Woods saw sponsors such as consulting firm Accenture and telecoms giant AT&T drop him after allegations of extramarital affairs emerged last year, forcing the player to take a break from the game and seek counselling.
Nike will not be among the firms deserting Woods, Nike Brand president Charlie Denson told AFP in an interview.
"Time will ultimately tell what's his image ends up being," he said.
"One thing that we do know is that he is still just as good a golfer as he was a year ago.
"In relationship to that, the way we continue to drive our golf business, he's one of our major contributors and we would expect him to be in the future as well."
Last week Woods, 34, emerged from self-imposed exile to read a statement in which he admitted to the affairs that have damaged his marriage and reputation and put his career in limbo.
Woods, speaking for the first time since the scandal erupted in November, gave no timetable for his return to golf.
"For him and for us, we're both looking forward to getting him back on the golf course and back playing golf, which is what he does better than anybody else on the planet," said Denson.
Denson also said Nike, the number one sportswear maker, was planning no changes to its strategy of backing teams and individual players, rather than events such as the 2010 World Cup, supported by its rival Adidas, also a major Olympic Games sponsor.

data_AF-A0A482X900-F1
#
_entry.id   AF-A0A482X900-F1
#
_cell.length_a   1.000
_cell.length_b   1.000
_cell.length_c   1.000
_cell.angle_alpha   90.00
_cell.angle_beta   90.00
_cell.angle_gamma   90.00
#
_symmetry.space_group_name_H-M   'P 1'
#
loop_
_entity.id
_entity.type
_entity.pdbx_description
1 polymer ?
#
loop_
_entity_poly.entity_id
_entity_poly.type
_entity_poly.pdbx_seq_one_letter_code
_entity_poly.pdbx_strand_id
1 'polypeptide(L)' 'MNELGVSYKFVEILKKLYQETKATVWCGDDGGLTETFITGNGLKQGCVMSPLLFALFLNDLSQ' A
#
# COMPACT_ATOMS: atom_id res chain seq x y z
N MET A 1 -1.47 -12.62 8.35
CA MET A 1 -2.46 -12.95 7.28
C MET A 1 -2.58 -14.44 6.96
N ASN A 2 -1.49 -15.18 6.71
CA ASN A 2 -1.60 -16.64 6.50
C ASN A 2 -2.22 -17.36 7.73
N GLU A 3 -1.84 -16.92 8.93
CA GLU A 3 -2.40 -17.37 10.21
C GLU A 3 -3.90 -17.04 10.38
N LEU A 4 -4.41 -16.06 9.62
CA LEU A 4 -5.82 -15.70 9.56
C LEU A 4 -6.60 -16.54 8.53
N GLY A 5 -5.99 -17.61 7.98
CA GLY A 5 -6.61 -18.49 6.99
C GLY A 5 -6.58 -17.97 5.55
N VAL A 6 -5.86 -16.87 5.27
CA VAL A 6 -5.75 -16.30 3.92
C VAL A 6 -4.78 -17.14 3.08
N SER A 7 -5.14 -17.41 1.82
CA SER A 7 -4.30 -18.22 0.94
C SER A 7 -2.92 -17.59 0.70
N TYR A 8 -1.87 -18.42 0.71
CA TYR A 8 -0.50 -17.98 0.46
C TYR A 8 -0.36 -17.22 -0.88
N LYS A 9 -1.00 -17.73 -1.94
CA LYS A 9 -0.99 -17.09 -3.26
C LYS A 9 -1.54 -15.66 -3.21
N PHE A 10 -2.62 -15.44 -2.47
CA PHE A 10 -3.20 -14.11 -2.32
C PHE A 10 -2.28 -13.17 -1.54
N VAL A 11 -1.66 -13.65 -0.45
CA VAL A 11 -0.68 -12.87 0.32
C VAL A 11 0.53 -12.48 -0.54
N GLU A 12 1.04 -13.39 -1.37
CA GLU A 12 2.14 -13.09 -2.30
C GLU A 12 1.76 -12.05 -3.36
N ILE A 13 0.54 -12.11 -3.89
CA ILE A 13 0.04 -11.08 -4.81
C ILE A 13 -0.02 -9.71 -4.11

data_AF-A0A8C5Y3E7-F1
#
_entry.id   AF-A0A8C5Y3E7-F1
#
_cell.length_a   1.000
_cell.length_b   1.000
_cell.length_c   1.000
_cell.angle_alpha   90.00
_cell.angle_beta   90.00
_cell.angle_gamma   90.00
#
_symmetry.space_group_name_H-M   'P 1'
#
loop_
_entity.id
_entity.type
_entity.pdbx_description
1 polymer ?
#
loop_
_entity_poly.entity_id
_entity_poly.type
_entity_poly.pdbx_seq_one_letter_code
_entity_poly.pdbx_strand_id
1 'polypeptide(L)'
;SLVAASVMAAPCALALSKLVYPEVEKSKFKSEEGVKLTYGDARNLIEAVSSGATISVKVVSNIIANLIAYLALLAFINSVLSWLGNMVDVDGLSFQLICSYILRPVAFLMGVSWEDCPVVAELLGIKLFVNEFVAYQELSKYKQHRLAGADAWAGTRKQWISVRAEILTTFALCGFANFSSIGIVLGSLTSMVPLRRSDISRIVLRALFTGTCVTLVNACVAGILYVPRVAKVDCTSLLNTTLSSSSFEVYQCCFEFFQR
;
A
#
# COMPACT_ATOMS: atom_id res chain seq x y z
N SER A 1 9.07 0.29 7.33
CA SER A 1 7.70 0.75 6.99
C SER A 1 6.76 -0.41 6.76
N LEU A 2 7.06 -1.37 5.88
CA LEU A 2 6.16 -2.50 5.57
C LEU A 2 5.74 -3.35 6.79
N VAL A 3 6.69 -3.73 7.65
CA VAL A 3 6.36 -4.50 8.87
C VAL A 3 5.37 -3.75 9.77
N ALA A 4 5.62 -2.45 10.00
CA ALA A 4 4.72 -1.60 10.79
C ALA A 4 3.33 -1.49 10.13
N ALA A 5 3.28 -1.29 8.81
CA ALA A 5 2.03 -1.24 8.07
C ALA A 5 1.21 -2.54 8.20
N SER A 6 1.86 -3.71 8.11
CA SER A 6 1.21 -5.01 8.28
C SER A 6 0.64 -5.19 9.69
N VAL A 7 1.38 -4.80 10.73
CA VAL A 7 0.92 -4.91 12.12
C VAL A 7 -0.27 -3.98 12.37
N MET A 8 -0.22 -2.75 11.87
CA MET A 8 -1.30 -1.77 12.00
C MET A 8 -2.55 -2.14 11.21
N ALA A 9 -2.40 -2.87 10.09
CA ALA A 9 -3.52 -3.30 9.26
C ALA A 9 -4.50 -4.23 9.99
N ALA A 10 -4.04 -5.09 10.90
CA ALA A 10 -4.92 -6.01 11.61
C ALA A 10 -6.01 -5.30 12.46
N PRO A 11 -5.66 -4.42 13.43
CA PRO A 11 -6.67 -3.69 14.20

"The World Cup represents the biggest stage in that sport and we're certainly be there," said Denson, speaking of the June 11-July 11 tournament.
"We are on the pitch. That's where our focus is, working with the teams and the players."
Speaking on Thursday in London, he said the US company is sponsoring nine of the 32 teams in the World Cup draw.
"That is how we approach the major events... we have nine teams, which is more teams that we never had before."
He said that since the 2006 World Cup in Germany, Nike had made major strides into the realm of world football, signing a sponsorship deal with the French team which goes into effect next year and taking over sportswear maker Umbro and its sponsorship stake in the England team.
"Two considerable investments and two big big moves into world football," said Denson.
Speaking of action on the field, Denson said that he could envisage no better outcome of the World Cup than "an England vs Brazil final with the Netherlands playing the USA for third place," pointing out that all four teams were in the Nike stable.